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I created this piece of code to increase my webpage performance. If autoplay.v.mystart is true, the sliding and animations of 2 slideshows will not be played,I made condition on it. My aim is to stop the animations while user is scrolling and reactivate it while user stopped scrolling, I think it will reduce a webpage load, to make a webpage scroll smoother, as I listened to people say stop unused animations or hide things that's unused. However, I see it didn't go smoother, but a bit more laggy. Is it using scroll event listener and timer/cleartimeout will take up a lot of resources too? What is the best way to accomplish my aim , to reduce my webpage load? I am thinking should I remove this code?That will be a waste,I can't decide

var saviour = {
    '$mywrapper' : $('#wrapper'),
    'mychecked':false,
    run : function(){
        var wrapper_timer;
        saviour.$mywrapper.scroll(function(){
            if(saviour.mychecked==false){
                saviour.mychecked = true;
                autoplay.v.mystart = false;
                clearTimeout(wrapper_timer);
                setTimeout(function(){saviour.mychecked=false},1000);
                wrapper_timer = setTimeout(function(){
                autoplay.v.mystart = true;
                console.log('autoplay restart')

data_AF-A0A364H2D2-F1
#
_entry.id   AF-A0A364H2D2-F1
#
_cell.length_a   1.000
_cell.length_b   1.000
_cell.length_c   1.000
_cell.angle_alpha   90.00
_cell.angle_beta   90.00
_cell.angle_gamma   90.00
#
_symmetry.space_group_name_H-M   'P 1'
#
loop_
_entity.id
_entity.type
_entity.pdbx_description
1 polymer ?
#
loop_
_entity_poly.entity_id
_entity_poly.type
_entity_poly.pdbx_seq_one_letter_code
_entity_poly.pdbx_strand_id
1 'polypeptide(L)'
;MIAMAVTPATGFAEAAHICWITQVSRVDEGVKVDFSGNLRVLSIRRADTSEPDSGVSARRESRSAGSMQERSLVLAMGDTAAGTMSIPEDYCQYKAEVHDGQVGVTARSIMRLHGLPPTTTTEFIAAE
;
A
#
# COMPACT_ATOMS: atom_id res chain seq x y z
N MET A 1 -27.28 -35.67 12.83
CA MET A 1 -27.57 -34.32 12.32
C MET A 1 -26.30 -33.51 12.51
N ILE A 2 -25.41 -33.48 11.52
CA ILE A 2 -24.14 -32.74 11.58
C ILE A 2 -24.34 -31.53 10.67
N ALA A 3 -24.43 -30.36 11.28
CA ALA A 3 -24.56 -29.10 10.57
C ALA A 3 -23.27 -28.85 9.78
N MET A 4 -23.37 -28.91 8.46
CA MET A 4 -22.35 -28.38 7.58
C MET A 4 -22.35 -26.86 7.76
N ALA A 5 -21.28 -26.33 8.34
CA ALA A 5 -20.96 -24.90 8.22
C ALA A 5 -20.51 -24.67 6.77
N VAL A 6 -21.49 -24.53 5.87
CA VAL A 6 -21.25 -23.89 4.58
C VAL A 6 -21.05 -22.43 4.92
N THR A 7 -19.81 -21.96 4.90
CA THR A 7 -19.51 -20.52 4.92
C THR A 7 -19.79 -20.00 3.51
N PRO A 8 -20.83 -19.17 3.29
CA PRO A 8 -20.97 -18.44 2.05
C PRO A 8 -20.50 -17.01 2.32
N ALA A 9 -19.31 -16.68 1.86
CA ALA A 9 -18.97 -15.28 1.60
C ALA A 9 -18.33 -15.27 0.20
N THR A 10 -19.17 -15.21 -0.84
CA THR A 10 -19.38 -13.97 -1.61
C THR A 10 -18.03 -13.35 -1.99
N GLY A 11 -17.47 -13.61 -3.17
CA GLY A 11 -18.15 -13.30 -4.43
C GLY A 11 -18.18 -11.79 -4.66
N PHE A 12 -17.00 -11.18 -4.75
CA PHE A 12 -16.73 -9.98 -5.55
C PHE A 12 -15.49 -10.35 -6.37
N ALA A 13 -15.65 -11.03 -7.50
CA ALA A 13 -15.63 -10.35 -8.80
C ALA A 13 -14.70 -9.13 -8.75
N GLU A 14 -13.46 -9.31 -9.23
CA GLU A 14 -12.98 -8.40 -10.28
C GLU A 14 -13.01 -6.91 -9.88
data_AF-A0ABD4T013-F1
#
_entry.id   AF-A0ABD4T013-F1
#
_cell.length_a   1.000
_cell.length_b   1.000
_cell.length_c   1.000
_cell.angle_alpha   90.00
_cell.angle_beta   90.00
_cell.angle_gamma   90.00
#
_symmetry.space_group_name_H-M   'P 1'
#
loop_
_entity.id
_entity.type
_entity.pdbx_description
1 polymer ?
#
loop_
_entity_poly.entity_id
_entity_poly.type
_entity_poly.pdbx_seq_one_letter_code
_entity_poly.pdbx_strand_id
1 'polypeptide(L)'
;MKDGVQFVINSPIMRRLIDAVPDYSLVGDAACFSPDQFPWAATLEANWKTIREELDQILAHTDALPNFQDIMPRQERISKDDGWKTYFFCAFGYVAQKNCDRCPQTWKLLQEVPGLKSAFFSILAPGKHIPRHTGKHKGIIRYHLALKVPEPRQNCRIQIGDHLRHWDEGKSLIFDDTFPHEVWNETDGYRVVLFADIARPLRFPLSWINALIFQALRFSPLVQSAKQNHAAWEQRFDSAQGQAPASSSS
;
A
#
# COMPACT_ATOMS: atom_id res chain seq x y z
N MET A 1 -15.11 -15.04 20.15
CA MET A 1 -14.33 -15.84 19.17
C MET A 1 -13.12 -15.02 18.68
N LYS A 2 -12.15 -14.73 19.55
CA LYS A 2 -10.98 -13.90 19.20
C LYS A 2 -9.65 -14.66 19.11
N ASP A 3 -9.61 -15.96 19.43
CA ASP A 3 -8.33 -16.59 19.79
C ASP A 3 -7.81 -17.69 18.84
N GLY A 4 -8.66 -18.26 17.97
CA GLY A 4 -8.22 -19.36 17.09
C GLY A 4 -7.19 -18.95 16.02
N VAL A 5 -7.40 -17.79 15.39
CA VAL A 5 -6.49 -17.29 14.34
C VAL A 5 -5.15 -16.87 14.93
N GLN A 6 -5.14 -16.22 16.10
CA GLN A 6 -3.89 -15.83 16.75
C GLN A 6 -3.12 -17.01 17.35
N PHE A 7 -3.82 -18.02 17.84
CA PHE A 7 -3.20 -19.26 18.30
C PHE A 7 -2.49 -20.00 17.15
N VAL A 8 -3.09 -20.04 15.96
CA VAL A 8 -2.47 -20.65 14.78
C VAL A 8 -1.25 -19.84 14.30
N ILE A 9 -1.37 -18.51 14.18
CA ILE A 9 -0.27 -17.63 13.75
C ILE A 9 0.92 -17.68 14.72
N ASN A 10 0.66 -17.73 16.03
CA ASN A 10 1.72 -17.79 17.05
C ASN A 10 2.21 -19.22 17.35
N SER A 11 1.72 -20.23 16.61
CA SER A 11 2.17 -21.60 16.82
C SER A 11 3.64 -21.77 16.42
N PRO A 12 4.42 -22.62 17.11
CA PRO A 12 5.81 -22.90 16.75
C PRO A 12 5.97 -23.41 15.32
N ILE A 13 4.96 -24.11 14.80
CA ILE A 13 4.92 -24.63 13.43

},4000);
                console.log('check');
            }
        });
    }
}
saviour.run();
share|improve this question
1  
Why re-enable animation after 1 second. Why not when the scroll bar is released? –  Beetroot-Beetroot Nov 28 '12 at 3:52
    
mychecked is not condition of the animation,autoplay.v.mystart is control of the slideshow animation, mychecked is condition of the saviour , if mychecked is false,it wont check, it means it is checking is user still scrolling every one second, on default,.scroll function check every 1 ms , I thought it will save some resources by doing that –  FatDogMark Nov 28 '12 at 4:02
    
OK, I see now what you are doing. Personally I would use this plugin which gives jQuery .scrollstart and .scrollstop events. –  Beetroot-Beetroot Nov 28 '12 at 4:45
    
I am not dare to use it if it is a resources hog –  FatDogMark Nov 28 '12 at 7:36
    
No it's not a resource hog. It's a tidier, generic way to achieve the same as your code (the setTimeout(..., 1000) part). I'm about to post an answer below. –  Beetroot-Beetroot Nov 28 '12 at 15:03

1 Answer 1

up vote 1 down vote accepted

First, here's a jQuery addon that provides 'scrollstart' and 'scrollstop' events, based on this, which was written for an early version of jQuery and needed to be modernized.

(function($, latency) {
    var special = $.event.special;
    special.scrollstart = {
        setup: function() {
            var timer;
            function handler(evt) {
                if (timer) {
                    clearTimeout(timer);
                } else {
                    evt.type = 'scrollstart';
                    $.event.handle.apply(this, arguments);
                }